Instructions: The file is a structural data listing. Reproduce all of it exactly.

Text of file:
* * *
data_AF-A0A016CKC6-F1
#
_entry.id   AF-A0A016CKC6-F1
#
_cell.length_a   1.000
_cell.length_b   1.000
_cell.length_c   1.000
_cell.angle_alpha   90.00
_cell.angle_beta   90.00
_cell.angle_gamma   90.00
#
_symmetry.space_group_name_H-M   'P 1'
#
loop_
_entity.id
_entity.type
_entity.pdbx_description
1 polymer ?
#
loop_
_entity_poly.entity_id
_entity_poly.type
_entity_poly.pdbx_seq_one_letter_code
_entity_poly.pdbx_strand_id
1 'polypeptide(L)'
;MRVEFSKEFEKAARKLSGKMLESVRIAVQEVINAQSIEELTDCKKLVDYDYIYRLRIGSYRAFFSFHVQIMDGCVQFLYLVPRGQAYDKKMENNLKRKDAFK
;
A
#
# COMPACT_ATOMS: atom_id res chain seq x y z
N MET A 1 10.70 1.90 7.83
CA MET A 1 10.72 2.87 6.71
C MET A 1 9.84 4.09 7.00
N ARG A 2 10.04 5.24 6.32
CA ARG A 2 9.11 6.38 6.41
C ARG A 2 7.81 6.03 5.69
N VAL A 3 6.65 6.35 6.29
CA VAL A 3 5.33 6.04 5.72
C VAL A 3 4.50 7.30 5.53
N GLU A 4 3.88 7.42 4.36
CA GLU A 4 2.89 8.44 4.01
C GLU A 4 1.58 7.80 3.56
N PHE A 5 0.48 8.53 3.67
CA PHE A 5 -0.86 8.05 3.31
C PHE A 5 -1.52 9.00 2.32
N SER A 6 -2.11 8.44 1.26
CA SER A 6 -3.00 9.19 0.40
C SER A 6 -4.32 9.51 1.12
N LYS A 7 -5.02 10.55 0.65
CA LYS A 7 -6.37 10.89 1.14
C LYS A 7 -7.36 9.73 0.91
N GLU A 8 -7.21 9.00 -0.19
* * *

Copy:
data_AF-A0A016CKC6-F1
#
_entry.id   AF-A0A016CKC6-F1
#
_cell.length_a   1.000
_cell.length_b   1.000
_cell.length_c   1.000
_cell.angle_alpha   90.00
_cell.angle_beta   90.00
_cell.angle_gamma   90.00
#
_symmetry.space_group_name_H-M   'P 1'
#
loop_
_entity.id
_entity.type
_entity.pdbx_description
1 polymer ?
#
loop_
_entity_poly.entity_id
_entity_poly.type
_entity_poly.pdbx_seq_one_letter_code
_entity_poly.pdbx_strand_id
1 'polypeptide(L)'
;MRVEFSKEFEKAARKLSGKMLESVRIAVQEVINAQSIEELTDCKKLVDYDYIYRLRIGSYRAFFSFHVQIMDGCVQFLYLVPRGQAYDKKMENNLKRKDAFK
;
A
#
# COMPACT_ATOMS: atom_id res chain seq x y z
N MET A 1 10.70 1.90 7.83
CA MET A 1 10.72 2.87 6.71
C MET A 1 9.84 4.09 7.00
N ARG A 2 10.04 5.24 6.32
CA ARG A 2 9.11 6.38 6.41
C ARG A 2 7.81 6.03 5.69
N VAL A 3 6.65 6.35 6.29
CA VAL A 3 5.33 6.04 5.72
C VAL A 3 4.50 7.30 5.53
N GLU A 4 3.88 7.42 4.36
CA GLU A 4 2.89 8.44 4.01
C GLU A 4 1.58 7.80 3.56
N PHE A 5 0.48 8.53 3.67
CA PHE A 5 -0.86 8.05 3.31
C PHE A 5 -1.52 9.00 2.32
N SER A 6 -2.11 8.44 1.26
CA SER A 6 -3.00 9.19 0.40
C SER A 6 -4.32 9.51 1.12
N LYS A 7 -5.02 10.55 0.65
CA LYS A 7 -6.37 10.89 1.14
C LYS A 7 -7.36 9.73 0.91
N GLU A 8 -7.21 9.00 -0.19